FLATTEN View (Flattening Data Structures)

The data stored in relational databases usually is composed of values of simple types: int, text, long… However, in other types of sources, the data is usually structured in compound values. For example, no-sql databases, in JSON and XML files, in web services, etc., the data has a more complex structure.

The extended relational model of Virtual DataPort allows you to work with compound data. To do this, it provides the data types array and register.

You can think of a value of type array as a view. That is because an array is always formed by one “register” (that you can think of as a row on a table) and each “register” is formed by one or more fields. The type of the fields of a register can be simple (text, int, long…) or compound (register and array). All the registers inside an array have the same structure.

Very often, you need to “flatten” the data coming from sources that return compound values because:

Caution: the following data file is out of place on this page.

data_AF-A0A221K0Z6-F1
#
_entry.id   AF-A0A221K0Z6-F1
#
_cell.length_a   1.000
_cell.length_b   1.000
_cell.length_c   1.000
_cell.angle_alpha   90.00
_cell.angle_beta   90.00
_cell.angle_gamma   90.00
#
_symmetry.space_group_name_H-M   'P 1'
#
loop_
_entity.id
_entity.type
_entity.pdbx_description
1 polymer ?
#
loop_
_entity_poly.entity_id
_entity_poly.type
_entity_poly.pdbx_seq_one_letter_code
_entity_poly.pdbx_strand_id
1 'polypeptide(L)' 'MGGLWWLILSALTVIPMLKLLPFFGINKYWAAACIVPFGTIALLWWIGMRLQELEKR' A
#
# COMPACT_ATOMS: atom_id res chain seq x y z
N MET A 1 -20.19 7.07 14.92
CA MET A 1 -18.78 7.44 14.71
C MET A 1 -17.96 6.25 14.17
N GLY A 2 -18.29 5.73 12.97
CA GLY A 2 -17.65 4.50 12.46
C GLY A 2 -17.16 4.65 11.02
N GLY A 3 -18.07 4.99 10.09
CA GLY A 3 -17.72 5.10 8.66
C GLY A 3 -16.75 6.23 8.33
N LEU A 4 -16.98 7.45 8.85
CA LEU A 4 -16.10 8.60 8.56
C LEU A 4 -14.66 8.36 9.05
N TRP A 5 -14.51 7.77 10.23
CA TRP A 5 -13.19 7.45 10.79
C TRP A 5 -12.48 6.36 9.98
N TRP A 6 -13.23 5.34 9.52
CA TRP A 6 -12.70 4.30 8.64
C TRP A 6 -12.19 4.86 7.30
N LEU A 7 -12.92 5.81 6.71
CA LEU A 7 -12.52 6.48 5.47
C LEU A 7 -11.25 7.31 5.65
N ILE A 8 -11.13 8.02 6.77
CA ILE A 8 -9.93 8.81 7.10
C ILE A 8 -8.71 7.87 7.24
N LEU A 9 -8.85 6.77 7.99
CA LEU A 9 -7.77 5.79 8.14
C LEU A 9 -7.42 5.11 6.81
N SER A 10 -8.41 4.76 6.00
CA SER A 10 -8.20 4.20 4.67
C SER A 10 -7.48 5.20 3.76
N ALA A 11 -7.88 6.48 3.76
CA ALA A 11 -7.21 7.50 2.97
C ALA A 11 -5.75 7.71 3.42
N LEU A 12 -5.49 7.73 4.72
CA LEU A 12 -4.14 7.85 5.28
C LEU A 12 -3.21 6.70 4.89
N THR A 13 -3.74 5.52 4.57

1. It is easier to combine flattened data with data coming from relational databases.

  2. Consume data from tools that do not support compound types.

To “flatten” data, use the operation FLATTEN:

Syntax of the FLATTEN operation
<flatten view> ::=
    FLATTEN <view identifier> AS <alias:identifier> ( <alias> [. <register field> ]* . <array field> )
  • <view identifier>: reference to a view. E.g. customer or customer360.asset.

  • alias is an identifier that identifies the view. You can use whatever identifier you want. For example, v.

  • The next parameters form the “path” to the array that you want to flatten. If the array is inside a register, you need to provide the name of the register, followed by ., followed by the name of the array.

FLATTEN returns the fields of the source view - except the array that you flatten - and all the fields of the registers of the array field you are flattening.


For example, if you have a view called average_revenue, which has a single field result of type array. The register inside this array has two fields: taxid and revenue.

The query below will flatten the data of the view and return the fields “taxid” and “revenue”.

FROM FLATTEN average_revenue AS V (v.result)
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